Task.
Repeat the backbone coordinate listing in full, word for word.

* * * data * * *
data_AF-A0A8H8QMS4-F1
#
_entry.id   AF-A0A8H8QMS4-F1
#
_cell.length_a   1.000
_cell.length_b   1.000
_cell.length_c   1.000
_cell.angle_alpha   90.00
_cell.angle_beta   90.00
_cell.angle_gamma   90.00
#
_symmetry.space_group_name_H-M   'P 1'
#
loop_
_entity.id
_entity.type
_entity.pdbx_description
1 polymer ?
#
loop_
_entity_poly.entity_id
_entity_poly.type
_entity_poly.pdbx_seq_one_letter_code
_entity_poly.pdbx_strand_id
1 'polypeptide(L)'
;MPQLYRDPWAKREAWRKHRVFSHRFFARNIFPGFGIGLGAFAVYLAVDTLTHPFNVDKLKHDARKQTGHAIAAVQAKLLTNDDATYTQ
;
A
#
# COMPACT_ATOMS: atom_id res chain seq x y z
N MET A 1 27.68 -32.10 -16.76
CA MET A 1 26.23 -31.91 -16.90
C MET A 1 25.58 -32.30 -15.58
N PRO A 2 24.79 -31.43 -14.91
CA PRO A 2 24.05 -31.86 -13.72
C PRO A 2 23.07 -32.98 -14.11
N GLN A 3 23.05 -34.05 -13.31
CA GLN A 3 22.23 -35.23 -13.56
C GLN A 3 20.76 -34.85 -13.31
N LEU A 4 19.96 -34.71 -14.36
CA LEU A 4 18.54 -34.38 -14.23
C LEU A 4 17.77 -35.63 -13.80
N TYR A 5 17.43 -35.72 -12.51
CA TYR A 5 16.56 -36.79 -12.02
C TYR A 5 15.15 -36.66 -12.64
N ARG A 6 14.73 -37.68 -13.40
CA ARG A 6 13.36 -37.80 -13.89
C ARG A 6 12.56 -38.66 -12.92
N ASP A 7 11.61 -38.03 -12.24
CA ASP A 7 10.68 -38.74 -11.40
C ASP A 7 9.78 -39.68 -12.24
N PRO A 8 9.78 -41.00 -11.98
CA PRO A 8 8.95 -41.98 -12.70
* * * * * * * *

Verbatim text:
data_AF-A0A8H8QMS4-F1
#
_entry.id   AF-A0A8H8QMS4-F1
#
_cell.length_a   1.000
_cell.length_b   1.000
_cell.length_c   1.000
_cell.angle_alpha   90.00
_cell.angle_beta   90.00
_cell.angle_gamma   90.00
#
_symmetry.space_group_name_H-M   'P 1'
#
loop_
_entity.id
_entity.type
_entity.pdbx_description
1 polymer ?
#
loop_
_entity_poly.entity_id
_entity_poly.type
_entity_poly.pdbx_seq_one_letter_code
_entity_poly.pdbx_strand_id
1 'polypeptide(L)'
;MPQLYRDPWAKREAWRKHRVFSHRFFARNIFPGFGIGLGAFAVYLAVDTLTHPFNVDKLKHDARKQTGHAIAAVQAKLLTNDDATYTQ
;
A
#
# COMPACT_ATOMS: atom_id res chain seq x y z
N MET A 1 27.68 -32.10 -16.76
CA MET A 1 26.23 -31.91 -16.90
C MET A 1 25.58 -32.30 -15.58
N PRO A 2 24.79 -31.43 -14.91
CA PRO A 2 24.05 -31.86 -13.72
C PRO A 2 23.07 -32.98 -14.11
N GLN A 3 23.05 -34.05 -13.31
CA GLN A 3 22.23 -35.23 -13.56
C GLN A 3 20.76 -34.85 -13.31
N LEU A 4 19.96 -34.71 -14.36
CA LEU A 4 18.54 -34.38 -14.23
C LEU A 4 17.77 -35.63 -13.80
N TYR A 5 17.43 -35.72 -12.51
CA TYR A 5 16.56 -36.79 -12.02
C TYR A 5 15.15 -36.66 -12.64
N ARG A 6 14.73 -37.68 -13.40
CA ARG A 6 13.36 -37.80 -13.89
C ARG A 6 12.56 -38.66 -12.92
N ASP A 7 11.61 -38.03 -12.24
CA ASP A 7 10.68 -38.74 -11.40
C ASP A 7 9.78 -39.68 -12.24
N PRO A 8 9.78 -41.00 -11.98
CA PRO A 8 8.95 -41.98 -12.70